Social distancing rules and mask-wearing in public are still in place as well. But the lifting of some restrictions is a good sign.
The Times of Israel reports that on Friday evening the Health Ministry said there were fewer than 5,000 people in Israel currently infected with the virus. As of Sunday, May 10, Israel had reported 16,458 total cases, 11,384 recoveries, and 248 deaths. Globally, there are 4.1 million reported cases, 1.4 million recoveries, and 282 thousand deaths.
Behind the scenes of Israel’s public shutdown is an army of scientists and researchers racing to develop a vaccine or treatment for the novel coronavirus, and last week, they had a breakthrough. The Jerusalem Post reported that on May 5, Israel’s Biological Research Institute confirmed that it had isolated an antibody that it says could be used to develop treatments for people who have already contracted the disease.
“Jewish creativity and ingenuity brought about this amazing achievement,” said Defense Minister Naftali Bennett.
They said they were far ahead the rest of the world in developing a treatment, though it could still be months away. Other researchers around the world have found antibodies that attack the virus, but this breakthrough is unique in that it meets three important criteria. It’s an antibody that destroys the virus; it targets the COVID-19 virus specifically; and it is monoclonal, which means it lacks additional proteins that could result in complications for patients.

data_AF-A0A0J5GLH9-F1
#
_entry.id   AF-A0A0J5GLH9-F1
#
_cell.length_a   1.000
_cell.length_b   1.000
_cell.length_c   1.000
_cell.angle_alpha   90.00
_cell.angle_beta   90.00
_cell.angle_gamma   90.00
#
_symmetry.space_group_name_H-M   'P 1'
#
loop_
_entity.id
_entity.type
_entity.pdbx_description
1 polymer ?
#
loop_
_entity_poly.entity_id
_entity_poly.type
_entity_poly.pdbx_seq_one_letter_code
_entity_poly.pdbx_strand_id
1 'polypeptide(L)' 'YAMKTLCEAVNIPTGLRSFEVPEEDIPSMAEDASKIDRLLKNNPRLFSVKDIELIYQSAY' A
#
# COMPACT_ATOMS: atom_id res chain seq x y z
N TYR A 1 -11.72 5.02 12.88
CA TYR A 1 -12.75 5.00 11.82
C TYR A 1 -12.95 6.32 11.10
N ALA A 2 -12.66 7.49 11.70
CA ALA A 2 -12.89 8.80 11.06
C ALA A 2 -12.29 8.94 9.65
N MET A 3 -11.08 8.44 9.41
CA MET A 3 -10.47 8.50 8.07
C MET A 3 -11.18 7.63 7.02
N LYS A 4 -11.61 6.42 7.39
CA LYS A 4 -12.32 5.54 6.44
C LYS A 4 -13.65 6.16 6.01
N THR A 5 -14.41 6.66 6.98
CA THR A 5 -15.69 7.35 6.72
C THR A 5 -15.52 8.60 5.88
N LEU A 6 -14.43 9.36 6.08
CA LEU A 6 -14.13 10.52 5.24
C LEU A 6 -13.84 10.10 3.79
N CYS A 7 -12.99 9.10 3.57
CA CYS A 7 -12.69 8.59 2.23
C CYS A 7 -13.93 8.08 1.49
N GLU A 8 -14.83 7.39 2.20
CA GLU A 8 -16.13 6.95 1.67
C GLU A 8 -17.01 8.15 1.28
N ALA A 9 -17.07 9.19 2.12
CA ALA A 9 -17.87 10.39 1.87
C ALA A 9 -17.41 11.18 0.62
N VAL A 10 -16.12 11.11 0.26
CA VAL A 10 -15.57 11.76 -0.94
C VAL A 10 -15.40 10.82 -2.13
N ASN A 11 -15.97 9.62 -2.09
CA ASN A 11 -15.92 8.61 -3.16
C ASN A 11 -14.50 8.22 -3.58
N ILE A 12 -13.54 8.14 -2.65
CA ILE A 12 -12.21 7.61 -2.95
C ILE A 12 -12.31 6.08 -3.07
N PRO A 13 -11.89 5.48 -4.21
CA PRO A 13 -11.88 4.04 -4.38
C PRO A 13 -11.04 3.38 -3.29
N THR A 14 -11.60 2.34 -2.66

Israel’s leadership in medical technology might not only help the world overcome the pandemic but is also helping create bridges with historic antagonists of the Jewish state. Three Arab Gulf states are in active coordination with Israel’s health system to get help installing Israel’s state-of-the-art telemedicine systems, according to the Times of Israel. Telemedicine technology helps doctors treat patients from afar—a valuable tactic in fighting contagious viruses.
Yoel Hareven, who heads an Israeli hospital’s international division, said that medical cooperation might be the start of deeper relationships.
“You open a small crack, and the foot enters the door, and later the whole body and then the head comes in,” he said. “It’s indeed the beginning of a very fascinating journey—for the entire Israeli public, not only for the medical field.”
Iran Cyber Attack Targets Civilian Water Systems
In an outrageous attack, an unprecedented cyber-attack allegedly from Iran, targeted Israeli civilian water infrastructure last week.
The Jerusalem Post reports that the attack, though it didn’t cause significant damage to the water and sewage systems, was unexpected. The hack took place at the end of April after several weeks of sporadic Israeli airstrikes against Iranian targets in Syria. Attacking essential civilian systems during a global pandemic seemed as if it would be going too far, but Israeli officials blame Iran and say it’s a clear escalation.
“This was an attack that goes against all codes, even in war,” Israeli official said to Channel 13. “Even from the Iranians, we didn’t expect something like this. This is an attack that cannot be done.”